> buffers in a pattern typical of use of your API.
> Now you know that doing that much access will leave no CPU time for 
> anything else. Copying at half that rate will leave 50% of your CPU 
> free. Yes, with multi-core systems you have to figure out how much 
> memory access from one core stalls the other cores, which is also not 
> hard to measure roughly.
> Now ask questions like: how many bytes per second will be copied in 
> aggressive usage scenarios for your API? Presumably the answer is much 
> higher for video than for audio, and likely higher for multichannel 
> audio (24 track mixing) than for simpler scenarios.
> With this in hand, you can do at least very rough quick calculations 
> of how much of a typical computer's capability will be tied up doing 
> memory-to-memory copies in various scenarios. Then let the chips fall 
> where they may. If you can afford it, fine do the copies. If you can't 
> this should be useful way to find that out without spending months 
> building and debugging the whole API. My guess is that with just a few 
> audio tracks and today's fast machines a little copying isn't fatal, 
> but I'd guess that for multiple high quality 24 bit uncompressed audio 
> streams or for video, the overhead of copying will likely prove 
> significant.
> BTW: the work I did was not on audio, but on XML Parsing. The paper is 
> here [1], and you'll see that the nature of the analysis is as 
> described above. The benchmarks suggested above proved to predict 
> quite well the performance of the parsing system. The short version of 
> the conclusion: many of these applications are performance-limited by 
> the speed of RAM; caches don't help much for streaming applications, 
> and except where you have SMT (multiple thread/core), a given core 
> will be stalled doing nothing while waiting for memory.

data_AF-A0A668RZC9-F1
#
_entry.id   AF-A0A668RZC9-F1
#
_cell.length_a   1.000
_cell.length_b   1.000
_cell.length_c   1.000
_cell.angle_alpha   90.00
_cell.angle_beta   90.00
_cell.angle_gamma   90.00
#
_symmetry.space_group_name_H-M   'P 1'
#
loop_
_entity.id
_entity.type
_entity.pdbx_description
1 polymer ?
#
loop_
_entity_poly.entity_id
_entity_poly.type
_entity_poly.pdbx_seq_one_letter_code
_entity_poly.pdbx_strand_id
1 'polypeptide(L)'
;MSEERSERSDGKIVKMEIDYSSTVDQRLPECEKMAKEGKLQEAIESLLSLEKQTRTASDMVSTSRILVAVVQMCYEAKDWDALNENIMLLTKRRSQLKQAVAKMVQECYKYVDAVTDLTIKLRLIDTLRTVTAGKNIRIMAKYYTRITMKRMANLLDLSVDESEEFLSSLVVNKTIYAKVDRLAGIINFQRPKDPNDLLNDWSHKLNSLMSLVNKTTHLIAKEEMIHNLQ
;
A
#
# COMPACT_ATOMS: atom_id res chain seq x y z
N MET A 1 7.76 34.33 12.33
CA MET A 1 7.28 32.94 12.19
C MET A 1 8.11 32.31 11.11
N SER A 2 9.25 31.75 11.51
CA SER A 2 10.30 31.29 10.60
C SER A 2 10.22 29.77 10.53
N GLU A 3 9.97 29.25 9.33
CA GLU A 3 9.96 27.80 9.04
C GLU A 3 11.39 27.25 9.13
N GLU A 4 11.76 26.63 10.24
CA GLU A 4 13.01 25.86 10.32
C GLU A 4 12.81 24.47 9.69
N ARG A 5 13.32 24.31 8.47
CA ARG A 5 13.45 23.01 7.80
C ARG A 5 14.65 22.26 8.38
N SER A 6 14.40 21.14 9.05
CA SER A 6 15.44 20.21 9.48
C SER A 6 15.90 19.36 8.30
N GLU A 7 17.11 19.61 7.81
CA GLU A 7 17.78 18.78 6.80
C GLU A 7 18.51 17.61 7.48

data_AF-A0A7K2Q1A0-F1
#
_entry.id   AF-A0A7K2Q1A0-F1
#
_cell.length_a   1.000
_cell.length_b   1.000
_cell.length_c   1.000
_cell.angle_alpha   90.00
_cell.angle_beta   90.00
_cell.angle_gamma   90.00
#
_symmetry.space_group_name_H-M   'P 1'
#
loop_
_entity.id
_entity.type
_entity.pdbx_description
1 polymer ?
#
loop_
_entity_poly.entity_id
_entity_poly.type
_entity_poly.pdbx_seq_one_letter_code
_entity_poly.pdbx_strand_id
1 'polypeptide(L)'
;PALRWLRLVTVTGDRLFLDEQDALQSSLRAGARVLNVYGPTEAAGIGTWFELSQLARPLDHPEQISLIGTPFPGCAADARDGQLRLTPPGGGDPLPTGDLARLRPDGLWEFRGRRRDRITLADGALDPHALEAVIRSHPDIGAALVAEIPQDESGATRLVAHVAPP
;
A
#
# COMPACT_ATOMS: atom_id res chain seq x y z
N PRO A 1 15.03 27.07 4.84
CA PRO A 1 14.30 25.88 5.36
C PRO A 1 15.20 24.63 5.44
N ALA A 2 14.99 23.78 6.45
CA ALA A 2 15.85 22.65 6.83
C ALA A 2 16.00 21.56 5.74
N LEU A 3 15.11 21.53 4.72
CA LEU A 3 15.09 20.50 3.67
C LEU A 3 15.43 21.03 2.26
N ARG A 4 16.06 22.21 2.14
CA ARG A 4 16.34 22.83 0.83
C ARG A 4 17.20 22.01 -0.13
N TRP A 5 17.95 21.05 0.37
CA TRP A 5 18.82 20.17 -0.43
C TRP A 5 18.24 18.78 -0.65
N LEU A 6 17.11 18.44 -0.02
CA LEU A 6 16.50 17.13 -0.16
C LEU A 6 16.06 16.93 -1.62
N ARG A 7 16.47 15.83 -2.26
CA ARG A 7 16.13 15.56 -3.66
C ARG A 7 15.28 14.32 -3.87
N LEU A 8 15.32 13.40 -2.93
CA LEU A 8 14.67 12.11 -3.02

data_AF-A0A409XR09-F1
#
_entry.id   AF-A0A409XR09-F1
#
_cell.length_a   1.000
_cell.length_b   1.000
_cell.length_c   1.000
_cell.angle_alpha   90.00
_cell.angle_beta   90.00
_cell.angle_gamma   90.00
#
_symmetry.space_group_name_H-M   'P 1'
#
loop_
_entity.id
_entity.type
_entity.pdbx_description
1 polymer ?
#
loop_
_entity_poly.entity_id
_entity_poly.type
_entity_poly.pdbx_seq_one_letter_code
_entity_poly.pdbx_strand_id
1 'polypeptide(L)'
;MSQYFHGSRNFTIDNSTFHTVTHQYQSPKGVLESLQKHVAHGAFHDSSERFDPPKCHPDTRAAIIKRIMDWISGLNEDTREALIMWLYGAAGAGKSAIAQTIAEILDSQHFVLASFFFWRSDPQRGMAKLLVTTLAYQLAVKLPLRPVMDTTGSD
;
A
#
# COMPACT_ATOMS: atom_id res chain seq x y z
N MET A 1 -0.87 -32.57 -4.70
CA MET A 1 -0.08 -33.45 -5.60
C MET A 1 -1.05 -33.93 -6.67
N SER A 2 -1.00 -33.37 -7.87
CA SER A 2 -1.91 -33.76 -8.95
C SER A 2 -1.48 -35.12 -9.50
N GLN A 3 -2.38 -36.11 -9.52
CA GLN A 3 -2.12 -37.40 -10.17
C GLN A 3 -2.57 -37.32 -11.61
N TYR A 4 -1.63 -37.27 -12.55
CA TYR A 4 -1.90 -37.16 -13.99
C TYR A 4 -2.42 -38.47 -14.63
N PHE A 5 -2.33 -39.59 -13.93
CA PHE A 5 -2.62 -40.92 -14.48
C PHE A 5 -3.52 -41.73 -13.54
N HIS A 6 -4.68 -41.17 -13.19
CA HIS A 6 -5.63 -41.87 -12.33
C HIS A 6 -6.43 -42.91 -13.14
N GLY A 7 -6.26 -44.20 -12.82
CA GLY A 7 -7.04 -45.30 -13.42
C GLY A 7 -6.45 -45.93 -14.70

> Noah
> [1] http://www2006.org/programme/files/pdf/5011.pdf
> On 8/7/2013 12:24 PM, Jer Noble wrote:
>> On Aug 6, 2013, at 6:56 PM, K. Gadd <kg@luminance.org
>> <mailto:kg@luminance.org>> wrote:
>>> Given flash's continued prevalence for streaming realtime 
>>> audio/video and
>>> use cases like video chat and game rendering, whatever works for the
>>> pepper flash plugin should probably work okay for web audio (though it
>>> certainly isn't necessarily *needed*).
>> I believe this is a faulty premise.
>> Video, especially 24 FPS video, is much more immune to jitter and delays
>> than is audio.  In the video case, frames are 30 to 40 ms apart, and 
>> if a
>> frame is delayed by a few ms, that delay is almost imperceptible to the
>> human eye.
>> With 44,100 kHz audio and a small frame size (128 samples in Blink & 
>> WebKit
>> Web Audio, usually), each batch of samples is only 3 ms apart, and if 
>> those
>> samples are delayed even by less than a millisecond, there will be an
>> audible ‘pop’ in the rendered audio.
>> Additionally, I would assume that in Chrome the video is piped back 
>> to the
>> main process for rendering, but the audio is rendered locally in the 
>> plugin
>> process.
>> -Jer

Marcus Geelnard
Technical Lead, Mobile Infrastructure
Opera Software
Received on Thursday, 8 August 2013 09:30:03 UTC